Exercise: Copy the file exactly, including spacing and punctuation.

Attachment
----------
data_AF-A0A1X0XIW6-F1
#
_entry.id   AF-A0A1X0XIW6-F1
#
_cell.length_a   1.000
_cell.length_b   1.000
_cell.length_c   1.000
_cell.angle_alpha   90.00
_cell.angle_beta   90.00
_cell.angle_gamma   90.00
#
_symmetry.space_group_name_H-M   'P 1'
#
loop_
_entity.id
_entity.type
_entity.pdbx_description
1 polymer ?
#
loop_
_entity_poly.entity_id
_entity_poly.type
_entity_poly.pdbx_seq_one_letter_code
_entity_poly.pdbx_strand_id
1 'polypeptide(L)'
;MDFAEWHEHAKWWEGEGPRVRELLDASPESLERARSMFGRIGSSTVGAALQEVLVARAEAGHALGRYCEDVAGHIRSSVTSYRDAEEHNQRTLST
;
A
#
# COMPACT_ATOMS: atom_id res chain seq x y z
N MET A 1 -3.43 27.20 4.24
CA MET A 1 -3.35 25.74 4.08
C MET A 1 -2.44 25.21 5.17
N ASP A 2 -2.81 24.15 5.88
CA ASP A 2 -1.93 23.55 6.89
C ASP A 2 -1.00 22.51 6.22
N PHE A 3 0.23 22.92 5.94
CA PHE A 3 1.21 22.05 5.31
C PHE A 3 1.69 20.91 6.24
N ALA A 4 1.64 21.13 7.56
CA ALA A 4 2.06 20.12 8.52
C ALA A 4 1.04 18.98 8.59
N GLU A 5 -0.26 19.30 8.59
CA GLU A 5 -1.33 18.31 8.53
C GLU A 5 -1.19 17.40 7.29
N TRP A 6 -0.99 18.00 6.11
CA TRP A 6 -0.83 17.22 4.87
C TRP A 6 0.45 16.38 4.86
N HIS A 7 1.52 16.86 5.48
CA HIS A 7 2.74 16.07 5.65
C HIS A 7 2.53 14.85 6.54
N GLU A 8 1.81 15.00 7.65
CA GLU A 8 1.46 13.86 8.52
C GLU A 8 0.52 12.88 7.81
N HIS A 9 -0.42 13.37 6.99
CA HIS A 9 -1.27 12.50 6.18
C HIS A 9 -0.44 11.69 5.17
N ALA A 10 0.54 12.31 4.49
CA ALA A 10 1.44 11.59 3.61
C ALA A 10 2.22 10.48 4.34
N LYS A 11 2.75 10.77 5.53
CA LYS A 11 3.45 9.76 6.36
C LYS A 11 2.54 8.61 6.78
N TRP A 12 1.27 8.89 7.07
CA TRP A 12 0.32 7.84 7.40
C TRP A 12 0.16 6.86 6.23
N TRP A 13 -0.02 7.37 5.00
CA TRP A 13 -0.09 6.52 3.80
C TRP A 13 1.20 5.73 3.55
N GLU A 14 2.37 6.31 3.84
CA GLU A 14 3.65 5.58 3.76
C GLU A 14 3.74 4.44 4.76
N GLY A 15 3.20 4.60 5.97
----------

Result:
data_AF-A0A1X0XIW6-F1
#
_entry.id   AF-A0A1X0XIW6-F1
#
_cell.length_a   1.000
_cell.length_b   1.000
_cell.length_c   1.000
_cell.angle_alpha   90.00
_cell.angle_beta   90.00
_cell.angle_gamma   90.00
#
_symmetry.space_group_name_H-M   'P 1'
#
loop_
_entity.id
_entity.type
_entity.pdbx_description
1 polymer ?
#
loop_
_entity_poly.entity_id
_entity_poly.type
_entity_poly.pdbx_seq_one_letter_code
_entity_poly.pdbx_strand_id
1 'polypeptide(L)'
;MDFAEWHEHAKWWEGEGPRVRELLDASPESLERARSMFGRIGSSTVGAALQEVLVARAEAGHALGRYCEDVAGHIRSSVTSYRDAEEHNQRTLST
;
A
#
# COMPACT_ATOMS: atom_id res chain seq x y z
N MET A 1 -3.43 27.20 4.24
CA MET A 1 -3.35 25.74 4.08
C MET A 1 -2.44 25.21 5.17
N ASP A 2 -2.81 24.15 5.88
CA ASP A 2 -1.93 23.55 6.89
C ASP A 2 -1.00 22.51 6.22
N PHE A 3 0.23 22.92 5.94
CA PHE A 3 1.21 22.05 5.31
C PHE A 3 1.69 20.91 6.24
N ALA A 4 1.64 21.13 7.56
CA ALA A 4 2.06 20.12 8.52
C ALA A 4 1.04 18.98 8.59
N GLU A 5 -0.26 19.30 8.59
CA GLU A 5 -1.33 18.31 8.53
C GLU A 5 -1.19 17.40 7.29
N TRP A 6 -0.99 18.00 6.11
CA TRP A 6 -0.83 17.22 4.87
C TRP A 6 0.45 16.38 4.86
N HIS A 7 1.52 16.86 5.48
CA HIS A 7 2.74 16.07 5.65
C HIS A 7 2.53 14.85 6.54
N GLU A 8 1.81 15.00 7.65
CA GLU A 8 1.46 13.86 8.52
C GLU A 8 0.52 12.88 7.81
N HIS A 9 -0.42 13.37 6.99
CA HIS A 9 -1.27 12.50 6.18
C HIS A 9 -0.44 11.69 5.17
N ALA A 10 0.54 12.31 4.49
CA ALA A 10 1.44 11.59 3.61
C ALA A 10 2.22 10.48 4.34
N LYS A 11 2.75 10.77 5.53
CA LYS A 11 3.45 9.76 6.36
C LYS A 11 2.54 8.61 6.78
N TRP A 12 1.27 8.89 7.07
CA TRP A 12 0.32 7.84 7.40
C TRP A 12 0.16 6.86 6.23
N TRP A 13 -0.02 7.37 5.00
CA TRP A 13 -0.09 6.52 3.80
C TRP A 13 1.20 5.73 3.55
N GLU A 14 2.37 6.31 3.84
CA GLU A 14 3.65 5.58 3.76
C GLU A 14 3.74 4.44 4.76
N GLY A 15 3.20 4.60 5.97